The lights are on
Both the 3DS and Vita are home to more than just games thanks to their virtual download shops. The two handhelds took a cue from smart phones and recognized there is a market for more than just games on a miniature computer you can carry in your pocket.
Before the age of online stores for downloading games and apps on video game handhelds, however, Nintendo experimented with the idea of non-games on a gaming platform and released some interesting DS “games” with the full retail treatment.
ElectoplanktonCreated by popular Japanese artist Toshio Iwai, Electroplankton looks like a game, and even comes packaged in the same box as a game, but offers a much different experience. It’s a simplified music creation tool with a relaxing aesthetic. There are no levels, or even goals. Instead, players (or creators) manipulate elements of the screen to create music.
The game was hard to find when it released in North America in 2006, but Nintendo has since released it in piece-meal form on its eShop.
100 Classic BooksReleased in 2010 not long after Amazon’s Kindle was beginning to prove that people didn’t mind reading books on something other than paper, 100 Classic Books is exactly as the title describes. The cartridge contained 100 classic books that could be read on your Nintendo DS. In a strange collaboration, the game was published by Nintendo and book publisher HarperCollins. You could even up the number past 100 by downloading books over Wi-Fi.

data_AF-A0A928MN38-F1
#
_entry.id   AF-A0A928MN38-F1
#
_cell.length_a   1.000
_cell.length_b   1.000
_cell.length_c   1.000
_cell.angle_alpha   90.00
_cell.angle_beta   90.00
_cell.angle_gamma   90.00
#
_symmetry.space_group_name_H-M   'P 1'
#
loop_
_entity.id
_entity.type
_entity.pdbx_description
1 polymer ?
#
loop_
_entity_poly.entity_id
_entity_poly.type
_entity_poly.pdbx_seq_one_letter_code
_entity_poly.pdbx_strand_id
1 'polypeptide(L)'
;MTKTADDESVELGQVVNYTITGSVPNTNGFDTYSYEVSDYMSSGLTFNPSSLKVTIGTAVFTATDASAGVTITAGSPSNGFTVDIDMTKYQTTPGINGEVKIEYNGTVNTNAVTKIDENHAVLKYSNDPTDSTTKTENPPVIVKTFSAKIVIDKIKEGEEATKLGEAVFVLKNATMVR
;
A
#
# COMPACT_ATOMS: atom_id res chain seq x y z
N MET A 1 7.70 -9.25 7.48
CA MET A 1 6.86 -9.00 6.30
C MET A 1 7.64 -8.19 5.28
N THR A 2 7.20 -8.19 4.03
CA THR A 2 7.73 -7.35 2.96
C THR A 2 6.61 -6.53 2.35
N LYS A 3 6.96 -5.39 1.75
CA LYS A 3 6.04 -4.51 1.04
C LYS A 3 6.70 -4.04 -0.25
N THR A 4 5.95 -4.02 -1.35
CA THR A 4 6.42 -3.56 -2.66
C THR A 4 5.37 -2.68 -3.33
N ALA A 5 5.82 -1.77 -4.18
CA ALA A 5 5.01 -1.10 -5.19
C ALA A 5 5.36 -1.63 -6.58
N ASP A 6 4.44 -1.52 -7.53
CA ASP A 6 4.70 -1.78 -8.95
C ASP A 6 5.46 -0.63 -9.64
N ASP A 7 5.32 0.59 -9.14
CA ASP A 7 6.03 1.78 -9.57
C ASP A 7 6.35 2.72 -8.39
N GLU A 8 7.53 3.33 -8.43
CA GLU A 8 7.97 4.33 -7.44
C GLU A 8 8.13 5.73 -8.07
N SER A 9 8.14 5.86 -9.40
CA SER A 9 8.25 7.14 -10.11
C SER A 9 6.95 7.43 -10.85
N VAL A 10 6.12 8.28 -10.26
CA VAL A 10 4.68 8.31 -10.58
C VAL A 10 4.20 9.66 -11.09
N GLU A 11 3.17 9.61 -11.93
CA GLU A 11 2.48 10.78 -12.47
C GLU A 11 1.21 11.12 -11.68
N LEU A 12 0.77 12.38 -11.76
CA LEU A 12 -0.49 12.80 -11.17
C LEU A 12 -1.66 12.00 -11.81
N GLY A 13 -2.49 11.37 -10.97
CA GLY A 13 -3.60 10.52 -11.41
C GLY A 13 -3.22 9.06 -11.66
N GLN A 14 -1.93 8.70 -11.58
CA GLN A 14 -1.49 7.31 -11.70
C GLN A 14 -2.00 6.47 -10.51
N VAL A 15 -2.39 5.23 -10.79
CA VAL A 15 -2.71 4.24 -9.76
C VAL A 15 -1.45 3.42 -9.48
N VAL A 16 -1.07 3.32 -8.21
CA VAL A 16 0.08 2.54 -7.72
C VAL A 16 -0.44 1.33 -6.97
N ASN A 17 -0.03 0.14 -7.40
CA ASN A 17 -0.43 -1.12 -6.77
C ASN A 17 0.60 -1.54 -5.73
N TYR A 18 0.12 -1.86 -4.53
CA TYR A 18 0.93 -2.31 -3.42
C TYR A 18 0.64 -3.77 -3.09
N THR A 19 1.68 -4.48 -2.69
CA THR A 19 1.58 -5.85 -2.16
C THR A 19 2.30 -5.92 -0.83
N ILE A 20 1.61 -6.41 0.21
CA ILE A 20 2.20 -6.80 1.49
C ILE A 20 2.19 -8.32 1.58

As a sidenote, this game is a very strong contender for our next Super Replay, so get ready.
Jam Sessions and Jam Sessions 2The Jam Sessions series gave players (or perhaps creators would be more appropriate as it was for Electroplankton) the opportunity to emulate a guitar on their DS. Holding down certain buttons would activate certain chords, and you would strum the touch-screen which displayed a virtual guitar string. You could also administer assorted effects like distortion or delay. The original did well enough to allow Ubisoft to release a sequel with Jam Sessions 2.
Art AcademyArt Academy has since become a franchise for Nintenendo with a Pokémon Art Academy game on the way, but it started on the DS in 2009 with simply titled Art Academy. With it, aspiring artists could learn assorted drawing and painting techniques using the touch screen as a canvas and their stylus as a paintbrush.
Nintendo DS BrowserBefore the release of the iPhone in early 2007, which arguably popularized Internet on mobile devices, Nintendo tried its best to bring a web browser to its handheld with the release of the Nintendo DS Browser in Japan in 2006. It released in North America the summer of 2007. Sold as a cartridge and an extra piece placed in the Game Boy Advance slot on the DS, it used the handheld’s built-in Wi-Fi to give players a web browser. It didn’t work very well, unfortunately, and was discontinued shortly after its release.
KORG DS-10 and KORG DS-10 plusMuch like Electroplankton and Jam Sessions, the KORG “games” are music simulators, and they’re impressively diverse. We were so impressed with the KORG synthesizers for DS that we placed them on our best DS games of all time list. The series is still going, too, with a version already released for 3DS, and another planned for release in September. Of course, where they used to be offered in a box at retail, you can now find them on the 3DS eShop.
What do you think of these non-game games? Do you like them? Or are your handheld gaming devices used strictly for gaming?
Email the author Kyle Hilliard, or follow on Twitter, Google+, Facebook, and Game Informer.